The unwritten A.A. maxim version of this is:
"You have to give it away to keep it." (heard in an open A.A. meeting)
Of course, altruistically helping others to achieve and enjoy recovery is not limited strictly to members of 12 Step fellowships. Anyone can help – either formally or informally. One slightly more formal, yet non-clinical example of this type of altruism is the ‘Recovery Coach’.

Primarily grassroots non-profit organizations have training programs whereby interested individuals may be trained in the skills necessary to aid people new in recovery to improve the quality of their lives in a systematic way. One local example would be The Council of Southeast Pennsylvania formerly known as ‘The Bucks County Council on Alcoholism and Drug Dependency’. Following an established ‘recovery plan’ outline, recovery coaches at 'The Council' help by guiding the person new to recovery to establish and achieve improvement goals in a number of areas of life. The ‘Council’ identifies nine such areas of life in which improvements can be made:
  1. Recovery from Substance Use or Abuse
  2. Employment and/or Financial Independence
  3. Career and/or Education
  4. Relationships and Social Support
  5. Medical Health
  6. Leisure and Recreation
  7. Independence from Legal Problems and Institutions
  8. Mental Wellness and Spirituality
  9. Other
Working together in these areas, the recovery coach and the 'recoveree' envision goals, identify obstacles, research solutions, and lay out plans of action for the recoveree to follow. If a given 'obstacle' is beyond the capacity of the recovery coach/recoveree team to handle, the recoveree is referred to a qualified professional for further assistance. This work is intended to help undo the unmanageable quality that active addiction to alcohol and/or other substances creates in the life of the addict. The end result is hopefully the transformation of an often completely dysfunctional human being into a once more useful and productive member of society.

If you would like to be trained as a volunteer recovery coach for The Council of Southeast Pennsylvania Inc, please contact them at this link.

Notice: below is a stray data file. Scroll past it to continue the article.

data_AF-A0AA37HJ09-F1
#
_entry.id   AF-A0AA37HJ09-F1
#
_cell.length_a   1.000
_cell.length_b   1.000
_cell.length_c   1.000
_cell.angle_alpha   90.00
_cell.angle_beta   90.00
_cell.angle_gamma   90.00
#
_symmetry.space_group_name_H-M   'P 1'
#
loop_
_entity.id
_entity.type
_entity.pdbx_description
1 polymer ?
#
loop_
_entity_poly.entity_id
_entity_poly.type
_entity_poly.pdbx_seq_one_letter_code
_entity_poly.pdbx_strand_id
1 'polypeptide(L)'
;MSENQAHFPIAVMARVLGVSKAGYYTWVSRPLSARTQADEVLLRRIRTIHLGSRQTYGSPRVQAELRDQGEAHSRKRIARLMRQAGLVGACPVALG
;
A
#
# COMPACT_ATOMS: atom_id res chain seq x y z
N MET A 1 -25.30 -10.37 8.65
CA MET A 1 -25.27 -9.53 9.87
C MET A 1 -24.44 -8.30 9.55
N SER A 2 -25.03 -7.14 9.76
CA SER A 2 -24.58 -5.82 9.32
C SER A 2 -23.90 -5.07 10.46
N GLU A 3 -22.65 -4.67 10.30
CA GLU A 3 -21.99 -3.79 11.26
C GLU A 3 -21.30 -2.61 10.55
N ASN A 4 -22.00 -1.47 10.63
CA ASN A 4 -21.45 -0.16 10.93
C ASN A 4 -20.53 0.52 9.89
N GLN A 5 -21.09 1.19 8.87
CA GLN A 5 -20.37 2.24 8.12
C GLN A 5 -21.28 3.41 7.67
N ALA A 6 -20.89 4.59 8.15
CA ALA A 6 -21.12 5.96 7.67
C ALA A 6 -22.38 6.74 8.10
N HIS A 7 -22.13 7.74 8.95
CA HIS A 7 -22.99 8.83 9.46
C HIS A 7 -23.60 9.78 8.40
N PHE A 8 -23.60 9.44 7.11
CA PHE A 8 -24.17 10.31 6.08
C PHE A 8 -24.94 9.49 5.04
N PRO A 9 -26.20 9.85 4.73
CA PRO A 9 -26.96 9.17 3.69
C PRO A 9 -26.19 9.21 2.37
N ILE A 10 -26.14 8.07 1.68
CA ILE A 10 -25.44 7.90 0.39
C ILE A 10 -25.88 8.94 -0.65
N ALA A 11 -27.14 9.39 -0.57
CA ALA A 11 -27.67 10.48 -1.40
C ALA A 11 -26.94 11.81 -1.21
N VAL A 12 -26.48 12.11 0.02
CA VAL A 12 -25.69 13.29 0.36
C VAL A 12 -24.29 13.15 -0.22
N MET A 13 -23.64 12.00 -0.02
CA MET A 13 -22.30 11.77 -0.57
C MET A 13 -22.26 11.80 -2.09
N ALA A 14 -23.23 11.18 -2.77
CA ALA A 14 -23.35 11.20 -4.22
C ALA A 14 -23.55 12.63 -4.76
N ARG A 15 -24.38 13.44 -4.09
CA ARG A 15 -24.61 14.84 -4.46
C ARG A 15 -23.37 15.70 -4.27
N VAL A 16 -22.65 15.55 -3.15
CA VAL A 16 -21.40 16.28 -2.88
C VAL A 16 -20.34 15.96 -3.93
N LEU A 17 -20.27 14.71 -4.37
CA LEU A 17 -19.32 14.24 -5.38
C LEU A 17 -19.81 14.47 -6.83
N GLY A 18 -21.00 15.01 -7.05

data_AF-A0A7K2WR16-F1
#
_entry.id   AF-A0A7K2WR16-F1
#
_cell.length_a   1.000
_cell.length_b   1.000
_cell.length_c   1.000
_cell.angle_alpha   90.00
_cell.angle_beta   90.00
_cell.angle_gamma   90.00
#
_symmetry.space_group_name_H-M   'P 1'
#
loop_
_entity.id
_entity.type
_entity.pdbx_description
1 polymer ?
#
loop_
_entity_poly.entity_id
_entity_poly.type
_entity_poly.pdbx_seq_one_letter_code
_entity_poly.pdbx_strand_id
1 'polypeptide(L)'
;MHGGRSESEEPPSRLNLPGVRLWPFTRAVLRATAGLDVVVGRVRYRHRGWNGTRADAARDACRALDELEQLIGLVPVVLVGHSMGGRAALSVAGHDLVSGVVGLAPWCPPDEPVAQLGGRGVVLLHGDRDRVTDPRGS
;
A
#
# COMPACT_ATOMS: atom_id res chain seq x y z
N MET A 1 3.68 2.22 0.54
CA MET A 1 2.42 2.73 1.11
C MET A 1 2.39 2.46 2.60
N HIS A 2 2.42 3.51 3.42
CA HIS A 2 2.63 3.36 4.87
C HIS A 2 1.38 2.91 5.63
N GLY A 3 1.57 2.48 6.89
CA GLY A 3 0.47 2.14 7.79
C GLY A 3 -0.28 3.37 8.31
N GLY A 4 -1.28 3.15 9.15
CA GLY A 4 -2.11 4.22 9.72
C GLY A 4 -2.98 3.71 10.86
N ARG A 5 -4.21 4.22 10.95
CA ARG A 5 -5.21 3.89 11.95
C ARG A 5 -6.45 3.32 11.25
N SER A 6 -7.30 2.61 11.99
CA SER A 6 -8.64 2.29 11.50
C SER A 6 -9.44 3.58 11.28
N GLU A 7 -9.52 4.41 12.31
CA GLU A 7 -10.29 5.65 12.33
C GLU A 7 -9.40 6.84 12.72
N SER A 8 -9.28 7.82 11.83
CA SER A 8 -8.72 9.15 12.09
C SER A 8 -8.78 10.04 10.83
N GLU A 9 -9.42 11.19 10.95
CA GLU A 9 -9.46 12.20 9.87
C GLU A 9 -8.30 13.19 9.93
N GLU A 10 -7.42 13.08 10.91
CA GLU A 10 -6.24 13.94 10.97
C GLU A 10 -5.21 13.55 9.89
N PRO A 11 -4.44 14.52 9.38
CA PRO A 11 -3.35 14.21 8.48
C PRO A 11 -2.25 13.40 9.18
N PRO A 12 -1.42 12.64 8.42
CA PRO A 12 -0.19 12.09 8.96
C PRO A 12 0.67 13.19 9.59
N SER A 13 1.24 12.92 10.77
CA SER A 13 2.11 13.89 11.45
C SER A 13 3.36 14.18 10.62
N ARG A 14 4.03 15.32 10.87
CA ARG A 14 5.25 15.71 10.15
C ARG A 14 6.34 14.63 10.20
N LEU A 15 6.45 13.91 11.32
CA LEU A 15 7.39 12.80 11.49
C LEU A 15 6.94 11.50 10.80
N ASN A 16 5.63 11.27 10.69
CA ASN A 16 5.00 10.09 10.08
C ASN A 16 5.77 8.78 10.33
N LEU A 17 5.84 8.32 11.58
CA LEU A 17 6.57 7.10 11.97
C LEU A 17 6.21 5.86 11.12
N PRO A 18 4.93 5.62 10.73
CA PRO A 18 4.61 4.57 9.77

The power of what A.A.'s co-founder Bill W. called the 'divine paradox' is significant, unquestionable, and best when applied generically - that is, non-denominationally. But where does this power come from?

Spiritual advocates of altruistic service

An acknowledgement of the interdependent nature of all things is inherent in a comprehensive understanding of systems theories - of whatever description. In teaching interdependence, Buddhist monk Thich Nhat Hanh uses a blank sheet of paper and asks the audience to look deeply into the piece of paper. He tells them that the piece of paper is made entirely of 'non-paper elements' and asks them to see in the piece of paper the tree, the water, the soil, the sunshine, the cloud, the logger, the logger's grandpa... etc. etc. He asks them to see all the non-paper elements without which the piece of paper as it is could not exist. He makes the point that everything is like the piece of paper - interdependent.

Interdependence amounts to a connection of all things with everything else. Doing good, mindful, helpful things to other people, places, or things makes a person a more valuable asset to the interdependent system of which he or she is a part. This creates an increase of positive energy flow in the spiritual economy.

One of the great examples of altruistic service in modern times was that of Mother Teresa. Her work embodied the teaching of Jesus of Nazareth who is cited in the gospel of Matthew:
“Assuredly, I say to you, inasmuch as you did it to one of the least of these My brethren, you did it to Me.” (Matthew 25:40)
Indeed, Mother Teresa herself made this point:
“There is always the danger that we may just do the work for the sake of the work. This is where the respect and the love and the devotion come in - that we do it to God, to Christ, and that's why we try to do it as beautifully as possible.” (Mother Teresa)
"Every day I see Jesus in all his distressing disguises." (Mother Teresa)